Matthew Alexander Henson, August 8, 1866 – March 9, 1955, was an American explorer who accompanied Rear Admiral Robert Peary on seven voyages to the Arctic over a period of nearly 23 years.
They spent a total of 18 years on expeditions together.
The Matthew Henson Residence in the Dunbar Apartments is a historic apartment residence at 246 West 150th Street, # 3F (on the south side of the street east of Frederick Douglass Boulevard) in Harlem, NY. It was designed by architect Andrew J. Thomas. former home to W. E. B. Du Bois, Paul Robeson, Asa Philip Randolph, Bill “Bojangles” Robinson and many others. It is part of the Dunbar Apartments complex, an innovative tenant-owned cooperative housing complex erected in the 1920s.
Matthew Henson was born in 1866 to free people of color in Maryland. He met Commander Robert E. Peary in 1887, who hired him for exploratory expeditions after learning of seagoing experiences he had as a teenager. Henson became an indispensable figure in the expeditions Peary led into the Arctic Ocean, assisting with the planning and logistics, as a translator with the local Inuit people, and frequently as a groundbreaker in the party’s movements. The Inuit called him Mahri-Pahluk (Matthew-the Kind One). In 1909, as he was assigned the task of breaking trail in Peary’s bid to reach the Geographic North Pole. Peary and Henson left Greenland by ship to begin their effort to reach the Pole. They were accompanied by 22 Inuit men and 17 Inuit women, 10 children, 246 dogs and 70 tons of whale meat from Labrador, Canada. Peary and Henson left their ship at Ellesmere Island in what is now Nunavut Territory, Canada and with a smaller party of four Inuit men, laid a trail of supplies to the Pole. Peary became ill on the expedition and sent Henson ahead as a scout. Henson proceeded to place the American flag at what he thought was the North Pole.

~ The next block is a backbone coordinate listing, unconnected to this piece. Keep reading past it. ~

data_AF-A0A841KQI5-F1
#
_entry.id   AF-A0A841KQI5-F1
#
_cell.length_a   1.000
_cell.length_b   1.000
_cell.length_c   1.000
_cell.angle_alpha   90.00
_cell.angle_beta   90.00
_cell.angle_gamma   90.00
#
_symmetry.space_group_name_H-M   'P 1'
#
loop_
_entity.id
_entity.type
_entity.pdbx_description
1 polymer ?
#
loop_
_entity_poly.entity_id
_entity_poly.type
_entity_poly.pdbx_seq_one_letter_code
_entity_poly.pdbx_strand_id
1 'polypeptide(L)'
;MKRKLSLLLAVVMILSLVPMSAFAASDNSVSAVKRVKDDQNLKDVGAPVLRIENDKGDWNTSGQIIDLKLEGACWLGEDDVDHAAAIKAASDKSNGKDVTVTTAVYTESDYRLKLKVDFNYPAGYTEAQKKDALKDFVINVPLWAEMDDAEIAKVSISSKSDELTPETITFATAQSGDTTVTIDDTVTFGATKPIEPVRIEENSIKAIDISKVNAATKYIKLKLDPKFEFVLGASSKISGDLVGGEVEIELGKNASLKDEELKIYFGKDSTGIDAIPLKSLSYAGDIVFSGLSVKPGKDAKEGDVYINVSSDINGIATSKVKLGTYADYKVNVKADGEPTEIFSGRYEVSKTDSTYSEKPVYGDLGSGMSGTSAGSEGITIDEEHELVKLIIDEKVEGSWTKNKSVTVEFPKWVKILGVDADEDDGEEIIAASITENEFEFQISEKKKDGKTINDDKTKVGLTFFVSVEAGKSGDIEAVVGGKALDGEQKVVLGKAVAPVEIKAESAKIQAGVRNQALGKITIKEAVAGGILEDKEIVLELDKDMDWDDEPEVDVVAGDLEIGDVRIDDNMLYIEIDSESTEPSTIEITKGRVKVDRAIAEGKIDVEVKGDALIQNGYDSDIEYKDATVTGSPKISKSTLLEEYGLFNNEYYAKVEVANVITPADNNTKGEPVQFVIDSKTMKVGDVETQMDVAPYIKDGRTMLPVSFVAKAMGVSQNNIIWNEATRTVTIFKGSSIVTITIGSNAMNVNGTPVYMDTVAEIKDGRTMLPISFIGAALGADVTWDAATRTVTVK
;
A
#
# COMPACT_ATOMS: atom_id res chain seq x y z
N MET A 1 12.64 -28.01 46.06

They finally achieved this goal on April 6th, 1909, Matthew Henson arriving first. Mr. Peary and their four Inuit guides, Egingwah, Ootah, Ooqueah, and Seeglo, became the first humans to actually stand at the top of the world – there Henson planted the American Flag.
In 1912, Henson wrote A Negro Explorer at the North Pole, a book that details his experiences on his journey, and in 1913, he was appointed clerk in the U.S. Customs House in New York City, New York by President Taft. Henson retired in 1936, and in 1944 he was awarded the Congressional Medal given to all of the members of the 1909 expedition. In 1947 Henson collaborated with Bradley Robinson on Dark Companion, Robinson’s biography of Henson.
He was eventually honored with membership in The Explorers Club in 1937, and was lauded within the African-American community for his achievement, and has since been recognized at both national and state levels.
Henson lived in the Harlem until his death in 1955. At his funeral, he was eulogized at Abyssinian Baptist church in Harlem.
His residence was named a National Historic Landmark in 1975. A plaque marking his achievements is located outside one of the Dunbar building entrances.
In 1988 Henson was re-interred in Arlington National Cemetery near Peary’s monument. Many members from his American family and his Inuit family (children he produced with Inuit “wife” Anauakaq) were in attendance.
In 1996, the U.S. Navy commissioned the U.S.N.S. Henson, a T-AGS 63 class oceanographic explorer ship, in honor of Matthew Henson.
In 2000, the National Geographic Society awarded the Hubbard Medal to Matthew A. Henson posthumously.
Henson is believed to be a brother of the great-great-grandfather of actress Taraji P. Henson.
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